Did ‘Law & Order’ Hire Anita Sarkeesian As A Script Consultant For Its Gamergate Episode?

Patrick Bissett Freelance Journalist
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After much anticipation, NBC’s “Law & Order: SVU” episode, “Intimidation Game” finally aired last night to an expectant audience. The Gamergate-inspired episode was the source of frenzied speculation with critics, viewers, and gamers wondering how the hashtag phenomenon would be treated. While it was generally accepted that the show might make some missteps in its depiction, nobody could have anticipated the utter lunacy that took place on our screens last night.

The show’s plot centred on a high-profile female game developer, Raina Punjabi, who becomes the victim of a harassment campaign. The developer is kidnapped during a game launch and later assaulted and raped. Punjabi is eventually rescued by SVU detectives, with one of the kidnappers shot dead by Detective Tutuola, played by Ice T.

The plot is, of course, standard cop drama fare; bad guys do bad things, good guys get the bad guys. But while the plot was pretty straightforward, the script was anything but. “Intimidation Game” was a stinking mess of over-the-top scare-mongering, demonizing rhetoric, cringe-inducing clichés, and unintentionally hilarious dialogue.

The episode was reminiscent of 1950’s PSA campaigns warning of the dangers of marijuana; the aim wasn’t to inform or educate, but to vilify. While it remains to be seen what the effect of the episode will have on those unfamiliar with Gamergate, the effect on those directly involved was twofold. Many felt revulsion at the treatment of gamers, and some complained directly to the show’s writers and producers.

Others found it hysterical.

Viewers tweeted their live reactions to the show or were nestled in online chat-rooms, sharing their impressions. The bizarre timber of the show was set early when two gamers assaulted a woman during a video game competition. After the assault, an SVU detective asks her what happened. “It’s these guys, they just can’t stand women in gaming,” she replies, blood pouring from her lips.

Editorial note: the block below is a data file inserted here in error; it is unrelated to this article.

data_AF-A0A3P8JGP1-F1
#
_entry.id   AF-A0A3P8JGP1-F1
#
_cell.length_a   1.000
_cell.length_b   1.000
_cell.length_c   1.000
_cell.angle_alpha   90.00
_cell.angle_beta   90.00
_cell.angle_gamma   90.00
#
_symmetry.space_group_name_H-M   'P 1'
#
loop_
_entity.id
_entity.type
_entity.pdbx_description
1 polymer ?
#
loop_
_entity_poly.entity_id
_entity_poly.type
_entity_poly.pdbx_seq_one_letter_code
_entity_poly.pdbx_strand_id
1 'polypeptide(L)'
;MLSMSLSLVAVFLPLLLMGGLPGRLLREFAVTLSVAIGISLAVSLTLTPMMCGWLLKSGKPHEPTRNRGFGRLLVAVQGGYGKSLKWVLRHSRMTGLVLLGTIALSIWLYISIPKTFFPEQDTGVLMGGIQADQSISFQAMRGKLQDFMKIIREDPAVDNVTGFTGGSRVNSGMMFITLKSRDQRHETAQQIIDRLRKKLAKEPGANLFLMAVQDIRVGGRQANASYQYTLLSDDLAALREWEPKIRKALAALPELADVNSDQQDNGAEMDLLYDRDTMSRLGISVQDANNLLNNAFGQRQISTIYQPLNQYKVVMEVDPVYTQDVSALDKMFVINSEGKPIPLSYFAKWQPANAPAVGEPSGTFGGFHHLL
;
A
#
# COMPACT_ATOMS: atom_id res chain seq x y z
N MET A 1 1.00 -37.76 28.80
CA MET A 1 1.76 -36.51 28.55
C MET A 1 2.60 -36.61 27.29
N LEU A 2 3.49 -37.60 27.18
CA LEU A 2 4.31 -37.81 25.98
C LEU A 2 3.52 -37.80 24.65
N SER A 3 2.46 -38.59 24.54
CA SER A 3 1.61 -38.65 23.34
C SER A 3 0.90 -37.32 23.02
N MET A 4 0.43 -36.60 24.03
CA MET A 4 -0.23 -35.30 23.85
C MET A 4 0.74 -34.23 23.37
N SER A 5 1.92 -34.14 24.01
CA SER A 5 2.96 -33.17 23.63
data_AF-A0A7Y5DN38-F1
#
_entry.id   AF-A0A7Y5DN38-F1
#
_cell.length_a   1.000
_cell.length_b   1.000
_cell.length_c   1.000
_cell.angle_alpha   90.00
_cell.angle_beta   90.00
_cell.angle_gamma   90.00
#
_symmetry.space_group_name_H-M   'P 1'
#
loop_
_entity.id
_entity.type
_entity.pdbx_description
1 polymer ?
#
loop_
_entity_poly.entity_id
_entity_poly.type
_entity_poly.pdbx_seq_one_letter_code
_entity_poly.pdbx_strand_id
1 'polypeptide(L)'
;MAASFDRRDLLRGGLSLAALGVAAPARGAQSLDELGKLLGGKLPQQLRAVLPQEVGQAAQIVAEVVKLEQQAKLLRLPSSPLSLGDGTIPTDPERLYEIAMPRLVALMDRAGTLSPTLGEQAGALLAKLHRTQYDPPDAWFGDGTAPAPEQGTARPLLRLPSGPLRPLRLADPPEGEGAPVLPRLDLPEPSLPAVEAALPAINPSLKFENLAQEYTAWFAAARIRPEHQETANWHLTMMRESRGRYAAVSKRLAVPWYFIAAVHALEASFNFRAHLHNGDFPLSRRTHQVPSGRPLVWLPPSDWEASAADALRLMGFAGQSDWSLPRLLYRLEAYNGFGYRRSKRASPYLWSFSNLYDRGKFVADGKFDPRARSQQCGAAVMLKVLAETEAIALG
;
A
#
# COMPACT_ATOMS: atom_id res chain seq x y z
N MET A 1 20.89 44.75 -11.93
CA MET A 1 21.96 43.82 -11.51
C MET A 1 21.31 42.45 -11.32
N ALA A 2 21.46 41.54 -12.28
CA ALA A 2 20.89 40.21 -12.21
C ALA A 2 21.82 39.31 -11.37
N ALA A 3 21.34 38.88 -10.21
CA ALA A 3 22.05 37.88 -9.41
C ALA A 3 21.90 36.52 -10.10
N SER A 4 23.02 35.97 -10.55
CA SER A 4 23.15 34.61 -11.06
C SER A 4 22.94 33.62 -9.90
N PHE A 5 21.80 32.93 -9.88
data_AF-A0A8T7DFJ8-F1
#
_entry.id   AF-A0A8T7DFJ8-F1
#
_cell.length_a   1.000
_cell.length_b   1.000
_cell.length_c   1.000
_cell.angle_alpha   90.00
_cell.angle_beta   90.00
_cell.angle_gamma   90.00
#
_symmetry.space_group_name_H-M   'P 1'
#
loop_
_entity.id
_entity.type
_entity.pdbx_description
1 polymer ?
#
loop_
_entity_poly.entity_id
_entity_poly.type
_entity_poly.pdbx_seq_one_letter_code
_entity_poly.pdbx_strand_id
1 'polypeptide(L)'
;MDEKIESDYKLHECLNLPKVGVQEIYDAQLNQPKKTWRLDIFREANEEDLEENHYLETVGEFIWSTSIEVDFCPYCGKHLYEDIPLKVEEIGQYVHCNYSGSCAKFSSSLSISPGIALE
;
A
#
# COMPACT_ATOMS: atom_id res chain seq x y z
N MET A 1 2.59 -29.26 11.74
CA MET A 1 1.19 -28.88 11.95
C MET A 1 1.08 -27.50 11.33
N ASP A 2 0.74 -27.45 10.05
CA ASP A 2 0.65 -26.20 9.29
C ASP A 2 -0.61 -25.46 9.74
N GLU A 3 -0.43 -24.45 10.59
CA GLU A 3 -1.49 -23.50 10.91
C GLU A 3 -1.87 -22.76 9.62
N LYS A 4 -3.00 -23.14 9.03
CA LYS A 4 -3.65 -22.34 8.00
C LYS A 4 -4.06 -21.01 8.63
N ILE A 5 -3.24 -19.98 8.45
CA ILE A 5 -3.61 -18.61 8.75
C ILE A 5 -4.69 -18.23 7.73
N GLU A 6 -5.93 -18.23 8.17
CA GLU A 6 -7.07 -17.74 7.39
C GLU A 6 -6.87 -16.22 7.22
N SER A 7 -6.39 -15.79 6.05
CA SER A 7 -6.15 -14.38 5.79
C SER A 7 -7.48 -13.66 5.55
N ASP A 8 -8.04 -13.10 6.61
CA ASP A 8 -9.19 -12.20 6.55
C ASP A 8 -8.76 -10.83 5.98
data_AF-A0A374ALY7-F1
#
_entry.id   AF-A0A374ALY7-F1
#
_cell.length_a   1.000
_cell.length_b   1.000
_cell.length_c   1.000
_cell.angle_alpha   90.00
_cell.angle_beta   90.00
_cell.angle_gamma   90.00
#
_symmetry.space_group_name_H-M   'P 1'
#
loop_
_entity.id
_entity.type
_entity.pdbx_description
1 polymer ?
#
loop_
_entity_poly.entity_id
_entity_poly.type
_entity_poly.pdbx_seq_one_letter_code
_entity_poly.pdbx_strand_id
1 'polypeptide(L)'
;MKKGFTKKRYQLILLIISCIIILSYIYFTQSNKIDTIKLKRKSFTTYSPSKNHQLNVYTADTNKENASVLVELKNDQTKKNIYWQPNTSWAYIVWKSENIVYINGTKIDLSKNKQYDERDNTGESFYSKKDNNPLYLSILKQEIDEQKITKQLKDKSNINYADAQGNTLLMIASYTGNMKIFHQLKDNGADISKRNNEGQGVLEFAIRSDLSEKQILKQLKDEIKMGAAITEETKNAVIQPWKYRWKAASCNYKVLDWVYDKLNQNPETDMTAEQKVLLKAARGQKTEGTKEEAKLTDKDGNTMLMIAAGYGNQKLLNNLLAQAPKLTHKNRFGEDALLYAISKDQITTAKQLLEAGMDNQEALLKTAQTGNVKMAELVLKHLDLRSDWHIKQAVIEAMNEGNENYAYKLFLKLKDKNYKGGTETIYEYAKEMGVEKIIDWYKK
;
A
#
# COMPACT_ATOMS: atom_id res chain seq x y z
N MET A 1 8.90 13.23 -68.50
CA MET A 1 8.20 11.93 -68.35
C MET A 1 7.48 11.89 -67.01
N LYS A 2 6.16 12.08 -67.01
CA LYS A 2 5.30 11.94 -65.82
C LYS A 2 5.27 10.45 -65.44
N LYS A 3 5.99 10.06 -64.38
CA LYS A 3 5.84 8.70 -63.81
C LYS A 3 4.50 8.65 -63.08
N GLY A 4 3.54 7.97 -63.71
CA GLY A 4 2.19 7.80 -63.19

“What did they do?”

“They leveled up.”

Cue disbelieving laughter. Cue opening credits.

And so it went throughout the show; disturbing scenes featuring assaults, shootings, and even rapes were juxtaposed against the most inane and inexplicably hackneyed stereotypes imaginable. The treatment of the kidnappers themselves was just as schizophrenic, if not downright contradictory. At different points they were likened to ISIS terrorists, capable of extraordinary feats of planning and technical ability, and the next as impotent, whining mommy’s boys.

The gamers-turned-kidnappers (all scrawny white males, of course) were a cartoonish bunch of rage-fueled misogynists who wore luchador masks during their exploits. Where this rage came from wasn’t fully explained, nor was the reason why women weren’t welcome in gaming (although there were some vague allusions to daddy issues.)

The inevitable final showdown between the police and kidnappers occurred on a building rooftop. As cops closed in on the kidnappers, the camera angle switched to a first person perspective showing a hand holding a gun, mimicking the viewpoint of first person shooters. It was an oddball moment, designed to act as a visual metaphor for the kidnappers inability to discern actual reality from the virtual kind. As the first kidnapper was arrested, he whelped, “things went too far, I don’t know what’s real and what’s a game anymore.”

But as dreadful as those moments were (and there were many, many more) the absolute nadir came when Tutuola took the remaining armed kidnapper by surprise, putting three bullets in him. As he lay on the ground, presumably bleeding to death, Tutuola’s colleague remarked, “what, were you camping back there?”

Corny dialogue aside,“Intimidation Game” had two major flaws, flaws that meant it could never work. It was patently clear — even from the initial teaser trailers — that the show’s makers were in unfamiliar territory. Rather than examining the issue properly and applying an even perspective, they opted for a sensationalist approach, an error compounded by their unthinking adoption of the arguments of Gamergate critics.

The criticism of Gamergate is varied, and ranges broadly in severity. According to some, Gamergate is little more than a collection of basement-dwelling angry white dudes who hate women. They’re sexually impotent and can’t get dates. They’re childish man-babies. Yet, they’re also highly organized with the ability to hound those they don’t like out of their chosen professions. They’re technically gifted with the ability to hack websites. They group together in the thousands to create fear and to harass — hell, they’re terrorists. Put all of that together and you end up with a rather loopy characterization, and that’s exactly what “Law & Order: SVU” did.

On three separate occasions, characters in the show make reference to the racial and gender homogeneity of gamers (they’re all white guys); characters repeatedly declare (but never fully explain) that women aren’t welcome in gaming and then there is the threat narrative, expressed through the technical know-how and violent depravity of the kidnappers.

It’s little wonder that gamers reacted with hilarity to this Frankenstein-esque offering. Since the controversy began those on the Gamergate side have insisted that their issue is not with women in gaming, but with the ethical standards (or lack thereof) in games journalism. They’ve had every smear imaginable hurled at them, and now that those smears have been realized in the form of “Initimadation Game,” they are laughing. They’re laughing not because they don’t care, or because they’re heartless bastards, but because ultimately, the characterization is just too crazy to take seriously.